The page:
Robert Coron – Lorraine Crosby – Brett Cullen – Rory Dodd – Stuart Emerson – Cynthia Geary – Amy Goff – Elaine Goff – Max Haskett – Curtis King – Michelle Little – Gunnar Nelson – Matthew Nelson – Todd Rundgren – Jim Steinman – Kasim Sulton – Eric Troyer

01. I’d Do Anything for Love (But I Won’t Do That) 12.00
02. Life Is A Lemon And I Want My Money Back 7.59
03. Rock And Roll Dreams Come Through 5.50
04. It Just Won’t Quit 7.21
05. Out Of The Frying Pan (And Into The Fire) 7.24
06. Objects In The Rear View Mirror May Appear Closer Than They Are 10.15
07. Wasted Youth 2.41
08. Everything Louder Than Everything Else 7.59
09. Good Girls Go To Heaven (Bad Girls Go Everywhere) 6.53
10. Back Into Hell 2.46
11. Lost Boys And Golden Girls 4.20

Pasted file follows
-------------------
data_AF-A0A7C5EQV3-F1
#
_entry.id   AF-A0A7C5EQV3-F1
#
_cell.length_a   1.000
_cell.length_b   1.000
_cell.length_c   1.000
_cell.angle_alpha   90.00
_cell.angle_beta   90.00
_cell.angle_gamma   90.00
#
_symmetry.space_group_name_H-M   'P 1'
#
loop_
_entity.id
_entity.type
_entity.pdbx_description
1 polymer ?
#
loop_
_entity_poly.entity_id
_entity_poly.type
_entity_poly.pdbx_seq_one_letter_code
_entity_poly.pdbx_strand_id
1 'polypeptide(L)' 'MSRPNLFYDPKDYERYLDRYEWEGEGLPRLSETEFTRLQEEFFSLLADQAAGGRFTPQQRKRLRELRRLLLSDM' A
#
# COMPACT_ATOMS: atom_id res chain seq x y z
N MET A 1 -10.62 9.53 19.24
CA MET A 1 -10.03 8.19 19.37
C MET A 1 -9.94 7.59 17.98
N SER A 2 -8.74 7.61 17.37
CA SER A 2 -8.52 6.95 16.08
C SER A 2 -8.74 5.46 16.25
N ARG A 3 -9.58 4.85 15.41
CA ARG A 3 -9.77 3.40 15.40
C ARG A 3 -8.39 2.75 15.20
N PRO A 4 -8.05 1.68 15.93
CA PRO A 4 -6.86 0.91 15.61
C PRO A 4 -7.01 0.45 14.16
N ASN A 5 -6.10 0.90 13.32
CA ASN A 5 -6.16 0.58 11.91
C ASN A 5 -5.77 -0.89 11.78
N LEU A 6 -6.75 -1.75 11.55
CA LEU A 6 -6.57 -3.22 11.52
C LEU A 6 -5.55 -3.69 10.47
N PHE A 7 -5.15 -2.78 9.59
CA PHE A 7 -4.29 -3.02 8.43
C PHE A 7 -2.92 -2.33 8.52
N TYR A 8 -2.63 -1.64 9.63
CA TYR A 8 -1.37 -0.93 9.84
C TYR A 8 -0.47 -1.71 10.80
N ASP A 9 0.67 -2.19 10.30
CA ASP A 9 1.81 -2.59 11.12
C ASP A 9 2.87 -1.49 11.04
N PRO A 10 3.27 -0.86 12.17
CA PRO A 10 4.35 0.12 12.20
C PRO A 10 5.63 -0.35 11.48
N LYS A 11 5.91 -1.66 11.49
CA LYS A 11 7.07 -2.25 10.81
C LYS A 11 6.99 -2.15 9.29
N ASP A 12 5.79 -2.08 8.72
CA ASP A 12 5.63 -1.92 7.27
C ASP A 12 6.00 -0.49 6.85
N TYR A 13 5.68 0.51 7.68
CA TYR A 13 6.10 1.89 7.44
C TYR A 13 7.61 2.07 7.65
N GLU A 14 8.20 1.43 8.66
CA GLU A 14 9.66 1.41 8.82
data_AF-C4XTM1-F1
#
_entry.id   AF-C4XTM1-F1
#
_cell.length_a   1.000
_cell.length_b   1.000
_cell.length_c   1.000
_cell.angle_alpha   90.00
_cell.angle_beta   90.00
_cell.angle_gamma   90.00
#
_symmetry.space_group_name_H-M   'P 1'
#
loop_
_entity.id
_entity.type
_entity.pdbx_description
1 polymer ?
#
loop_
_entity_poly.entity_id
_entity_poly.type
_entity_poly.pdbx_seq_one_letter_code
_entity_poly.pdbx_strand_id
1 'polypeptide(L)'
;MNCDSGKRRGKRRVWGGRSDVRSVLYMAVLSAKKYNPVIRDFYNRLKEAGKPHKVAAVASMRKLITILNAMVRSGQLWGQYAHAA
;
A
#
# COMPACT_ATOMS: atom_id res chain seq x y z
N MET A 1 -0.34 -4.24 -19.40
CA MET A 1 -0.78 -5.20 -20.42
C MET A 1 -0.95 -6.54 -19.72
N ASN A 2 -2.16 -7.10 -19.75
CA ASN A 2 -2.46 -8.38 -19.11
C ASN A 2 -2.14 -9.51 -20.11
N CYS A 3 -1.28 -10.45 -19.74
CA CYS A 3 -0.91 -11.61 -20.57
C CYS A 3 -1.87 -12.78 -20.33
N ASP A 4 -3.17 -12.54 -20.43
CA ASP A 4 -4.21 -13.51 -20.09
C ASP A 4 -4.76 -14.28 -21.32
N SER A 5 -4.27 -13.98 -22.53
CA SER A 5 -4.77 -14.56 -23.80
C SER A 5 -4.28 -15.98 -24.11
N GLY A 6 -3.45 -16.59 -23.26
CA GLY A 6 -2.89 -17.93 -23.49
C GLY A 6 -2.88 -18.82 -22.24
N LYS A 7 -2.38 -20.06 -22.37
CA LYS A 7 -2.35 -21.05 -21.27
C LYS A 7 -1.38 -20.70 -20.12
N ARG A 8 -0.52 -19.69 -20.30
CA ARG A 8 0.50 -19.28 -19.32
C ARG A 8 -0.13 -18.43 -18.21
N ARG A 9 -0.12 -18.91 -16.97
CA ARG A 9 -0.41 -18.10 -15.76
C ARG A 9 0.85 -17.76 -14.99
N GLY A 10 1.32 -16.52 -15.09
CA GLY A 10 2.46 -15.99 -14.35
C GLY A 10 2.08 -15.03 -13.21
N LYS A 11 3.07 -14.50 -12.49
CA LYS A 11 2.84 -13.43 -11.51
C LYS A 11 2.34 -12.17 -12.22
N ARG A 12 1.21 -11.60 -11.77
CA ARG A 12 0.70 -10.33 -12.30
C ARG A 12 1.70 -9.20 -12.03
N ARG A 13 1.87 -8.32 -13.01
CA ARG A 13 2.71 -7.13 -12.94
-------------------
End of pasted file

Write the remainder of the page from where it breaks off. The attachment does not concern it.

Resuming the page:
All songs written by Jim Steinman




Meat Loaf – Bad Attitude (1984)

FrontCover1Bad Attitude is a 1984 album by Meat Loaf, recorded in England. It features two songs by Jim Steinman, both previously recorded, and a duet with Roger Daltrey. According to Meat Loaf’s autobiography, he approached Steinman about writing the entire album, but waiting for new songs wound up taking so long that Meat Loaf recorded two previously released Steinman songs and moved on with other writers.[2] The album concentrates more on the hard rock side of Meat Loaf, was a minor success around the globe and released a few hit singles, the most successful being “Modern Girl”.

The US release on RCA Records was on April 1985 and features a slightly different track list as well as alternate mixes for some songs. (by wikipedia)

MeatLoafBandWhen Meat Loaf split with Jim Steinman, the man who wrote all the songs for two fantastic albums (Bat out of Hell, over 35 million copies sold, end of ad, and Dead Ringer, the ‘failure’ that ‘only’ sold 6 million or so), fans thought it was over, and with good reason. Meat’s first non-Steinman effort, Midnight at the Lost and Found, is easily the Loaf’s worst effort and a flat out poor record. Bad Attitude, released only a year later, didn’t exactly have high expectations.